Malala's Magic Pencil

Malala's Magic Pencil - blog post image
BY Julia Thum | 0 Comment(s)

As a child in Pakistan, Malala made a wish for a magic pencil that she could use to redraw reality. She would use it to give gifts to her family, to erase the smell from the rubbish dump near her house, to sleep an extra hour in the morning As she grew older, Malala wished for bigger and bigger things. She saw a world that needed fixing. And even if she never found a magic pencil, Malala realised that she could still work hard every day to make her wishes come true.

My Thoughts

For many of this will be a very humbling little book. The story offers a perspective on a life that should make think twice when we’re feeling sorry for ourselves, hard done by or unfortunate.

Malala’s wish for bigger and bigger things will be nothing like many children’s ‘wish list’ at this time of year and we must remember she is one of many many children in similar and worse situations, the others just don’t have a voice we can all hear.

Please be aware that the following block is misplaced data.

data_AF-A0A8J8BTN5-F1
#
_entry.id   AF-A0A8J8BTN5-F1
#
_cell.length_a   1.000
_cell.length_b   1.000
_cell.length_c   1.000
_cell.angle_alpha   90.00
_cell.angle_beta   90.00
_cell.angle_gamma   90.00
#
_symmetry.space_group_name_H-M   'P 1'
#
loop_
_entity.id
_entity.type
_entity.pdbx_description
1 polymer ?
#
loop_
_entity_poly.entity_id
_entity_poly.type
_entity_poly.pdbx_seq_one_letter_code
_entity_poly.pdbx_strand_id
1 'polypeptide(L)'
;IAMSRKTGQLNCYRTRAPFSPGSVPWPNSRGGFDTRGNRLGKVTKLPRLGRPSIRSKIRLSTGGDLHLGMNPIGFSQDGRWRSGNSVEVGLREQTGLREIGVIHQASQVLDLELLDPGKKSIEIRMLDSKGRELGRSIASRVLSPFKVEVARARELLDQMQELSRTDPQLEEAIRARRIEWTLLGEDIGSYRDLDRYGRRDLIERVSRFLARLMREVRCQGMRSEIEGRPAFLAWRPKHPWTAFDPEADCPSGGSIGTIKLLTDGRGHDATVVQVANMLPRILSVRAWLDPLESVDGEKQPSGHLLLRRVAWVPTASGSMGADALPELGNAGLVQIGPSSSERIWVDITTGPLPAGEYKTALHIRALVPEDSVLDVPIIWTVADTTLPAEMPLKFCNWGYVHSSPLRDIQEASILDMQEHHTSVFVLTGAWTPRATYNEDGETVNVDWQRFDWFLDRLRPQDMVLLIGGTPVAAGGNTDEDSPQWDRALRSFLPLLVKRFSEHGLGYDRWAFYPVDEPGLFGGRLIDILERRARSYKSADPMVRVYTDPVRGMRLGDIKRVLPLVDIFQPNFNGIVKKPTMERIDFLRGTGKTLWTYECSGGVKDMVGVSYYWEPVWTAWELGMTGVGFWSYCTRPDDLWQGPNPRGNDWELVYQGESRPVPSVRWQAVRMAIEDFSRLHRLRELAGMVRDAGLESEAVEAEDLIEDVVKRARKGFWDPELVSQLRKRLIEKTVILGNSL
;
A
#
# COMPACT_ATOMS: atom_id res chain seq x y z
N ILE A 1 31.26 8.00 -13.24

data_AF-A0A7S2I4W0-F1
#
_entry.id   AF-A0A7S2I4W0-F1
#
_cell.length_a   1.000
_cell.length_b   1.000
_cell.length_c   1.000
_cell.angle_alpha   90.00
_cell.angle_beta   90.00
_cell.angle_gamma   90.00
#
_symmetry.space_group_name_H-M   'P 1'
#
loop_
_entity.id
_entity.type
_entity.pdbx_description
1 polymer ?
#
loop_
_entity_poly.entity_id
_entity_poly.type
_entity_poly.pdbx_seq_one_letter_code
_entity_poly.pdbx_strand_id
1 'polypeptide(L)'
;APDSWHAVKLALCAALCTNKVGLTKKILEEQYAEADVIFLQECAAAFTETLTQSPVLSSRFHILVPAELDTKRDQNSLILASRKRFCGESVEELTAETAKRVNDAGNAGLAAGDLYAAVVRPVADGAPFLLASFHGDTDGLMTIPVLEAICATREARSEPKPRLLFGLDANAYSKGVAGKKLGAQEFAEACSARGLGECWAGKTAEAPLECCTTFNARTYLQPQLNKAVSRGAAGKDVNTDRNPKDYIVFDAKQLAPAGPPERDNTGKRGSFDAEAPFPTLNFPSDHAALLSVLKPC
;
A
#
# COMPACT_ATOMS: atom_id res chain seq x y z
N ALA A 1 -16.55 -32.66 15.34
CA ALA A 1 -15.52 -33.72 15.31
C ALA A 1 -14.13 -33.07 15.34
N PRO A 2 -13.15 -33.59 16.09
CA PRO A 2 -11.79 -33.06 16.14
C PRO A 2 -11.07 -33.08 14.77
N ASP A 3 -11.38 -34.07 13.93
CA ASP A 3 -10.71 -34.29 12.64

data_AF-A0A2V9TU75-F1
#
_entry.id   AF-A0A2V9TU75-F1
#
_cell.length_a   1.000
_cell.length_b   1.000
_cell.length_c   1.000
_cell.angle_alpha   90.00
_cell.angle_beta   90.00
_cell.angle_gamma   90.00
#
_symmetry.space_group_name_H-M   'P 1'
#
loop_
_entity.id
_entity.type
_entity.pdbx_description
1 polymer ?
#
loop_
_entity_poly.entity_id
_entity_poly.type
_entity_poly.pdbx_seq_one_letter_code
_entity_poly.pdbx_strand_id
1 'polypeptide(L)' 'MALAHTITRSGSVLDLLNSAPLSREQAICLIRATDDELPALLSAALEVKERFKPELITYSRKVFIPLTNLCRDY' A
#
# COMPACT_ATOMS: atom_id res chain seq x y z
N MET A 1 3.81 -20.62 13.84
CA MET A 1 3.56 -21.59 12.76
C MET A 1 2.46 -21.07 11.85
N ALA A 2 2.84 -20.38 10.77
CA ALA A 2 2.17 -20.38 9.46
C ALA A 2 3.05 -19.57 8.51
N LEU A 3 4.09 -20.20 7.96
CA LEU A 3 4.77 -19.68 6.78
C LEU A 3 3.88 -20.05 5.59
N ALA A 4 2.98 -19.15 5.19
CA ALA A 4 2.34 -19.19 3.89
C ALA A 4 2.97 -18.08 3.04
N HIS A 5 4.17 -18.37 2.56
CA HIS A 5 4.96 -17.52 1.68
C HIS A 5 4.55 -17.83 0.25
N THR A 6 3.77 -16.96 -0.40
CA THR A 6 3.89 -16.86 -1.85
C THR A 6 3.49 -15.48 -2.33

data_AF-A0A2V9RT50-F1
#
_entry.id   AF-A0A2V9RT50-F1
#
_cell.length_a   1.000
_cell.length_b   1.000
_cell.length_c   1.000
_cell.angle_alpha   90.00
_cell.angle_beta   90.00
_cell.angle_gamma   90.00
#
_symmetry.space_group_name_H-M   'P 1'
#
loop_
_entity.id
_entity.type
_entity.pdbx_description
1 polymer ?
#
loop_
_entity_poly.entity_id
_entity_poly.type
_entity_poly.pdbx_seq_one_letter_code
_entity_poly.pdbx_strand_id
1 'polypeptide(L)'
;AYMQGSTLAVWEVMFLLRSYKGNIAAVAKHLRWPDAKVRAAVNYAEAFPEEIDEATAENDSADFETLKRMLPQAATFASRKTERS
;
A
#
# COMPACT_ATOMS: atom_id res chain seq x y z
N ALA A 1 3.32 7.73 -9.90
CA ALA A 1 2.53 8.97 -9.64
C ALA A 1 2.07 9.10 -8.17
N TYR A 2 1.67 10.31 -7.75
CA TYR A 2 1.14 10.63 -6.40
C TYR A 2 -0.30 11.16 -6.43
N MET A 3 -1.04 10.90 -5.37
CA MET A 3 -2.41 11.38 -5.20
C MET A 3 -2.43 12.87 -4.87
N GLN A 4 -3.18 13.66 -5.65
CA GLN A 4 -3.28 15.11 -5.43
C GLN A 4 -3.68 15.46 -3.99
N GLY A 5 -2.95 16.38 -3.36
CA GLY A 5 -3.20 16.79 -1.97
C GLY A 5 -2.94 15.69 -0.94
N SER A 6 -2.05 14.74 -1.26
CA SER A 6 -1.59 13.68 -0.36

This beautifully illustrated version of Malala’s paperback is a picture book prepared for younger readers, with easy words and repetitions for younger readers and a simple and affecting tale to tell as a bedtime story. My mother used to suggest I count my blessings before I fell asleep at night. This interesting and enjoyable story should make us all grateful for what we have and to think carefully about our own hopes and dreams



    Post has no comments.


Your email address will not be published. Required fields are marked*

The Trapdoor Mysteries - blog post image

The Trapdoor Mysteries

The first book in The Trapdoor Mysteries, a series about Tally, a code-breaking, animal-loving servant girl and her best friend, a squirrel named Squill, who solve mysteries with the help of a secret library...  


What do Stig of the Dump, Sealskin & Sky Song 

have in common? And what's on my TBR (to be read) pile at the moment? Answers in the 'Author's Bookshelf interview